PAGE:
Sunday, February 19, 2012


When showing dressage, you start off with a pretty simple set up, bridle-wise. It’s a headstall, a noseband, and a snaffle bit. Once you are ready to perform at 3rd Level, you are suddenly presented with a choice. If you so wish, you are permitted to use a double bridle. Although it is not mandatory under USDF rules, it is widely accepted that once you hit the “upper levels” (A vague term that in this day and age ranges from 3rd Level through Grand Prix, but for future reference when I say “upper level” I literally mean the FEI levels of Prix St. George through Grand Prix.) you will ride with a double bridle. However, if you plan on showing internationally, at CDI events, a double bridle and spurs are compulsory.

Of course, with me having a tiny rebellious streak, I would LOVE to show at the Grand Prix Level in just a snaffle, win the class, and have an appreciative audience. Just to be different. (That same part of me wants to show in a bareback dressage class. Wouldn’t that be fun?!) To my knowledge, I’ve never seen that. I’ve seen people ride all the movements in just a snaffle and even bitless, but it’s another thing to do that in competition and score well. A student of my current trainer showed Prix St. George very successfully last year with her horse wearing a snaffle bridle. Their cool meter is pretty high. 

Back to my explanation of “the double” as we fondly refer to it. Although I wouldn’t use the word “fond” in my case, but we’ll touch on that in a paragraph or so. The double bridle has a snaffle with smaller rings, called a bridoon, and a curb bit. Because it has two bits, you then have two reins. We could go on about the whys and hows, but that’s the point I need to make here. The point is, the double bridle works differently from your normal bridle. You do not have as much side to side suppling because you now have a curb which works with leverage. You can be much more subtle with your aids.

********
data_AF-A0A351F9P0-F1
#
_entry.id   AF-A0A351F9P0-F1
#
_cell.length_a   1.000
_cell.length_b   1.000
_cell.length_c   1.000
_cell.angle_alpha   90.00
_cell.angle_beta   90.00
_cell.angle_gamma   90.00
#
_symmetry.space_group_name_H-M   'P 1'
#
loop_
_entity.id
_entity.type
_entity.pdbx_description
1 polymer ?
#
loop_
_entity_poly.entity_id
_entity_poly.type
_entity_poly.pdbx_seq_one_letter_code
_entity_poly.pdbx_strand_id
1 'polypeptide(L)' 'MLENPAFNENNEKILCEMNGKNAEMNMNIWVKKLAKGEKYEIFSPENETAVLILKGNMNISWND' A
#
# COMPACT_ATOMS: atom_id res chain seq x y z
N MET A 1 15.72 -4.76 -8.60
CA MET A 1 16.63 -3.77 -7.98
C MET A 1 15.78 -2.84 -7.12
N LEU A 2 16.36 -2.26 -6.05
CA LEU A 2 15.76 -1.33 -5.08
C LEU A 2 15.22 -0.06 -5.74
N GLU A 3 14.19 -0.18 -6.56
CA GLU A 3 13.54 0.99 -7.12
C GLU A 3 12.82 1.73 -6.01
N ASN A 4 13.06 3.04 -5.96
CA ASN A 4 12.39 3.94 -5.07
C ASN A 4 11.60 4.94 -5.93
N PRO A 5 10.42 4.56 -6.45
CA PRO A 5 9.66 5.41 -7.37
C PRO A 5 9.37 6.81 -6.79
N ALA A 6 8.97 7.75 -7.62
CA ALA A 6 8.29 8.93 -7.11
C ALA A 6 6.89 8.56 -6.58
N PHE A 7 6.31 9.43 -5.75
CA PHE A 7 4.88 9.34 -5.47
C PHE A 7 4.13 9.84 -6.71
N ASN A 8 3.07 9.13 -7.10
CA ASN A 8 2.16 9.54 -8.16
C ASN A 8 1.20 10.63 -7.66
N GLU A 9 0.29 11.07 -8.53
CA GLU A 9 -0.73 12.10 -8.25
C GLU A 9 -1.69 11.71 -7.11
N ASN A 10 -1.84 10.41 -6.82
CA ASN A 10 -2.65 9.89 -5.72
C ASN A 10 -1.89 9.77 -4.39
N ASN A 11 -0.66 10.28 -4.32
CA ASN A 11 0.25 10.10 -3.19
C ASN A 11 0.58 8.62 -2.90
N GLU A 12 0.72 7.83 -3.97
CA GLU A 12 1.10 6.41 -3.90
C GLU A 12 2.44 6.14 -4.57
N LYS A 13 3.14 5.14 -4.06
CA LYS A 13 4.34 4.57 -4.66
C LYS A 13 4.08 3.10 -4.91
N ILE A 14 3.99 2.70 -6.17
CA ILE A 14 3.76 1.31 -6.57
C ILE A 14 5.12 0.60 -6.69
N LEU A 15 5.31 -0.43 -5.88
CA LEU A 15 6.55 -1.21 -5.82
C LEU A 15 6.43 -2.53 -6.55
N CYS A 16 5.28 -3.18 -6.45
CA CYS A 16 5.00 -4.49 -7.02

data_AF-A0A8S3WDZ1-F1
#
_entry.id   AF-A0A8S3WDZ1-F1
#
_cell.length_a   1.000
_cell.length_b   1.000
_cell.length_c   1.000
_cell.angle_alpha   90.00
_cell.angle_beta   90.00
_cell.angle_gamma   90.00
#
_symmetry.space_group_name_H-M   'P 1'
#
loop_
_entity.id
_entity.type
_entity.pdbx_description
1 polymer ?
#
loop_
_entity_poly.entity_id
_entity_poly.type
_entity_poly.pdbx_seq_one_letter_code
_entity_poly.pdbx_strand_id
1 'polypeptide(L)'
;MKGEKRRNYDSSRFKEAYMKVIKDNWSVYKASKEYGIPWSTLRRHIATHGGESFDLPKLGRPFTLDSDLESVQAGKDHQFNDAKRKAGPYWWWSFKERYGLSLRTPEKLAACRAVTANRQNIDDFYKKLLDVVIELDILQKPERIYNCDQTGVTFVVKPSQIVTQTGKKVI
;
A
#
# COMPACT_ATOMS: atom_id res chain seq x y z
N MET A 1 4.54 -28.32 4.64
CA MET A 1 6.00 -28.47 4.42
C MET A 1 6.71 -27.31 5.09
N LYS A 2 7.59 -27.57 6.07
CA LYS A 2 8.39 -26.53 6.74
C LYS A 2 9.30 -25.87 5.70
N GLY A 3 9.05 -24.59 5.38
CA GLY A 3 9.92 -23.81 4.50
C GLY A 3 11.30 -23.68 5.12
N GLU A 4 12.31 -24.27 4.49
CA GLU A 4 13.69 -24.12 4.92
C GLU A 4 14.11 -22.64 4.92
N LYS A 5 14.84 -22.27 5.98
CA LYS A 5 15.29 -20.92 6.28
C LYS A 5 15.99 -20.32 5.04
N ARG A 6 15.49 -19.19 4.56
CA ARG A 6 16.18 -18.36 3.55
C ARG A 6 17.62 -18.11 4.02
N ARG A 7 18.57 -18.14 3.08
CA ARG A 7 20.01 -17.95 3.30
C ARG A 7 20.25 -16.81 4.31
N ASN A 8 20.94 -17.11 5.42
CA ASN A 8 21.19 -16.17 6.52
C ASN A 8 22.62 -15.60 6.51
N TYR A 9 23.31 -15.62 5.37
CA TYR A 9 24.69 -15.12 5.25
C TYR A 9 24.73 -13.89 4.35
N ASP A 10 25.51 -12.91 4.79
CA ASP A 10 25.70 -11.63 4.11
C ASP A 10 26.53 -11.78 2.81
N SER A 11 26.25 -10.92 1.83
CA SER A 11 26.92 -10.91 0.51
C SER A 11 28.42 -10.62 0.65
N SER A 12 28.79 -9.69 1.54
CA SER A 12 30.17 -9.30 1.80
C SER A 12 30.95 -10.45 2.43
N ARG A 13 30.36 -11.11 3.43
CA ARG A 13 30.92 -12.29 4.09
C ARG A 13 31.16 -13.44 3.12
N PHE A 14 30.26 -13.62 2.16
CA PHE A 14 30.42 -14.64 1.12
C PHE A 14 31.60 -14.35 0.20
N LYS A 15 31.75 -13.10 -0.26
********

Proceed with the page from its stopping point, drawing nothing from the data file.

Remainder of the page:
With that difference in mind, here’s what happens to me when I ride a horse with a double bridle. I sit there on their back and feel like my arms are not my own. I do what I normally would do with a normal snaffle bridle, but without the same effect. I try to do more in an effort to get any sort of positive response from the horse, or I stop doing anything at all. My arms become like dead limbs, simply grasping the reins with my failing hope. The double bridle paralyzes me. It makes me feel like I cannot ride. Because of who I am, when I feel like I cannot ride, I then feel entirely useless to the world. It is an unpleasant cycle.

Rocket& his snaffle, Sarah& Renee rocking the double bridle!

What do I do to make myself more comfortable with the double? I posed this question to myself and the answer I came up with is: Use the double bridle more! Ride in it every chance you get to with instruction. Learn to use it properly. I’ve only been testing this answer out for a week or so. I can’t say that I’ve had any real breakthrough yet, but I won’t give up hope just yet. I want to become proficient and at ease when using the double bridle. I want this, so I’m going to work at it. I will not remain paralyzed.

Is there something in riding that paralyzes you now or used to paralyze you? Also, I’m curious to know if that word is looking weirder to you now.

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